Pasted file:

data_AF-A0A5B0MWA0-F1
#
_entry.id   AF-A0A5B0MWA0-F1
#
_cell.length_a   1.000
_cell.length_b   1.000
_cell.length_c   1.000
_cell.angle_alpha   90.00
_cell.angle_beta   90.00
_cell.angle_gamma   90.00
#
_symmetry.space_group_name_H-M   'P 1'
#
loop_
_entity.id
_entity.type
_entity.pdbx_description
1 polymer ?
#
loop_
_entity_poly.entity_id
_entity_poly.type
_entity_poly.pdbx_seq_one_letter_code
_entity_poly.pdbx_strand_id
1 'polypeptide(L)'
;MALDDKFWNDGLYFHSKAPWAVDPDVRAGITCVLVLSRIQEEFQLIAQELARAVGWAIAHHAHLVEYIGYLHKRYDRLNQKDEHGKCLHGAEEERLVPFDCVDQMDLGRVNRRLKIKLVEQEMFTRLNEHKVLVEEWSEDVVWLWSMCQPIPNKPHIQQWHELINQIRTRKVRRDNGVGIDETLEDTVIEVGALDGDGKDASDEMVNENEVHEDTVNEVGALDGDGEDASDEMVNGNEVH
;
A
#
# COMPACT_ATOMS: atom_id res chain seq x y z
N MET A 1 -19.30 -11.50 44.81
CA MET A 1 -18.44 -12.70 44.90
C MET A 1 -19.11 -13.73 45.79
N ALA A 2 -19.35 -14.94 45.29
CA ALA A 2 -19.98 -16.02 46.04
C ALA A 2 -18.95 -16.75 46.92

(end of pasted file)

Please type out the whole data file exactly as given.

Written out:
data_AF-A0A5B0MWA0-F1
#
_entry.id   AF-A0A5B0MWA0-F1
#
_cell.length_a   1.000
_cell.length_b   1.000
_cell.length_c   1.000
_cell.angle_alpha   90.00
_cell.angle_beta   90.00
_cell.angle_gamma   90.00
#
_symmetry.space_group_name_H-M   'P 1'
#
loop_
_entity.id
_entity.type
_entity.pdbx_description
1 polymer ?
#
loop_
_entity_poly.entity_id
_entity_poly.type
_entity_poly.pdbx_seq_one_letter_code
_entity_poly.pdbx_strand_id
1 'polypeptide(L)'
;MALDDKFWNDGLYFHSKAPWAVDPDVRAGITCVLVLSRIQEEFQLIAQELARAVGWAIAHHAHLVEYIGYLHKRYDRLNQKDEHGKCLHGAEEERLVPFDCVDQMDLGRVNRRLKIKLVEQEMFTRLNEHKVLVEEWSEDVVWLWSMCQPIPNKPHIQQWHELINQIRTRKVRRDNGVGIDETLEDTVIEVGALDGDGKDASDEMVNENEVHEDTVNEVGALDGDGEDASDEMVNGNEVH
;
A
#
# COMPACT_ATOMS: atom_id res chain seq x y z
N MET A 1 -19.30 -11.50 44.81
CA MET A 1 -18.44 -12.70 44.90
C MET A 1 -19.11 -13.73 45.79
N ALA A 2 -19.35 -14.94 45.29
CA ALA A 2 -19.98 -16.02 46.04
C ALA A 2 -18.95 -16.75 46.92